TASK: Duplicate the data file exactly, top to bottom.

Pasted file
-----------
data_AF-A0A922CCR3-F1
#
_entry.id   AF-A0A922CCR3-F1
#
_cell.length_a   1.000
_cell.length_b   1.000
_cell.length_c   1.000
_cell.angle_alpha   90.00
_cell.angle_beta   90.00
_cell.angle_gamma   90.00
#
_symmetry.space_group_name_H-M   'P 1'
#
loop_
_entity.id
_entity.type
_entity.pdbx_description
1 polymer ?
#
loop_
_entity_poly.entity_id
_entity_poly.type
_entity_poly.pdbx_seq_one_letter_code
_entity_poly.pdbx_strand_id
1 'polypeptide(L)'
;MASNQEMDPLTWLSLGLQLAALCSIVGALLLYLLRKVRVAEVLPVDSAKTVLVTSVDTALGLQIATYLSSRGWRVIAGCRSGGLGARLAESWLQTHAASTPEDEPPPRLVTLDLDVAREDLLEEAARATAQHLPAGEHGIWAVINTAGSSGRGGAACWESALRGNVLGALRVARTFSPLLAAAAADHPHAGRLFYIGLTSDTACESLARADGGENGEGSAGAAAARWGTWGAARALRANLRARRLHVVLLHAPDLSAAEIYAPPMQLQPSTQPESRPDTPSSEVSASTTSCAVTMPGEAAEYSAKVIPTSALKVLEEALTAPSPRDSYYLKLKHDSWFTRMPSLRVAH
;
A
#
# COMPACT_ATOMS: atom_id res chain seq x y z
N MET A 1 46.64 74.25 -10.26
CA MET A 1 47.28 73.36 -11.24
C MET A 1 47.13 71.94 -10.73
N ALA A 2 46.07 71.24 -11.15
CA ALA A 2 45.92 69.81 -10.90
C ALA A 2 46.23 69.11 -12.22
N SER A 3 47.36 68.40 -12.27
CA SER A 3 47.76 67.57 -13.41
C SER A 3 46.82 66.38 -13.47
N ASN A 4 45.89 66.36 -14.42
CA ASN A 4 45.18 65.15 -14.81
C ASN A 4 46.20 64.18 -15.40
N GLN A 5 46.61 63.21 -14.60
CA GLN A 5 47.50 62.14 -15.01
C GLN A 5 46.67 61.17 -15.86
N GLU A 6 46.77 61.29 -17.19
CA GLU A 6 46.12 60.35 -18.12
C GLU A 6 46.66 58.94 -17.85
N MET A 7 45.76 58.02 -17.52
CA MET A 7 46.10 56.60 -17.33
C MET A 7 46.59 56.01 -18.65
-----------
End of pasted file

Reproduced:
data_AF-A0A922CCR3-F1
#
_entry.id   AF-A0A922CCR3-F1
#
_cell.length_a   1.000
_cell.length_b   1.000
_cell.length_c   1.000
_cell.angle_alpha   90.00
_cell.angle_beta   90.00
_cell.angle_gamma   90.00
#
_symmetry.space_group_name_H-M   'P 1'
#
loop_
_entity.id
_entity.type
_entity.pdbx_description
1 polymer ?
#
loop_
_entity_poly.entity_id
_entity_poly.type
_entity_poly.pdbx_seq_one_letter_code
_entity_poly.pdbx_strand_id
1 'polypeptide(L)'
;MASNQEMDPLTWLSLGLQLAALCSIVGALLLYLLRKVRVAEVLPVDSAKTVLVTSVDTALGLQIATYLSSRGWRVIAGCRSGGLGARLAESWLQTHAASTPEDEPPPRLVTLDLDVAREDLLEEAARATAQHLPAGEHGIWAVINTAGSSGRGGAACWESALRGNVLGALRVARTFSPLLAAAAADHPHAGRLFYIGLTSDTACESLARADGGENGEGSAGAAAARWGTWGAARALRANLRARRLHVVLLHAPDLSAAEIYAPPMQLQPSTQPESRPDTPSSEVSASTTSCAVTMPGEAAEYSAKVIPTSALKVLEEALTAPSPRDSYYLKLKHDSWFTRMPSLRVAH
;
A
#
# COMPACT_ATOMS: atom_id res chain seq x y z
N MET A 1 46.64 74.25 -10.26
CA MET A 1 47.28 73.36 -11.24
C MET A 1 47.13 71.94 -10.73
N ALA A 2 46.07 71.24 -11.15
CA ALA A 2 45.92 69.81 -10.90
C ALA A 2 46.23 69.11 -12.22
N SER A 3 47.36 68.40 -12.27
CA SER A 3 47.76 67.57 -13.41
C SER A 3 46.82 66.38 -13.47
N ASN A 4 45.89 66.36 -14.42
CA ASN A 4 45.18 65.15 -14.81
C ASN A 4 46.20 64.18 -15.40
N GLN A 5 46.61 63.21 -14.60
CA GLN A 5 47.50 62.14 -15.01
C GLN A 5 46.67 61.17 -15.86
N GLU A 6 46.77 61.29 -17.19
CA GLU A 6 46.12 60.35 -18.12
C GLU A 6 46.66 58.94 -17.85
N MET A 7 45.76 58.02 -17.52
CA MET A 7 46.10 56.60 -17.33
C MET A 7 46.59 56.01 -18.65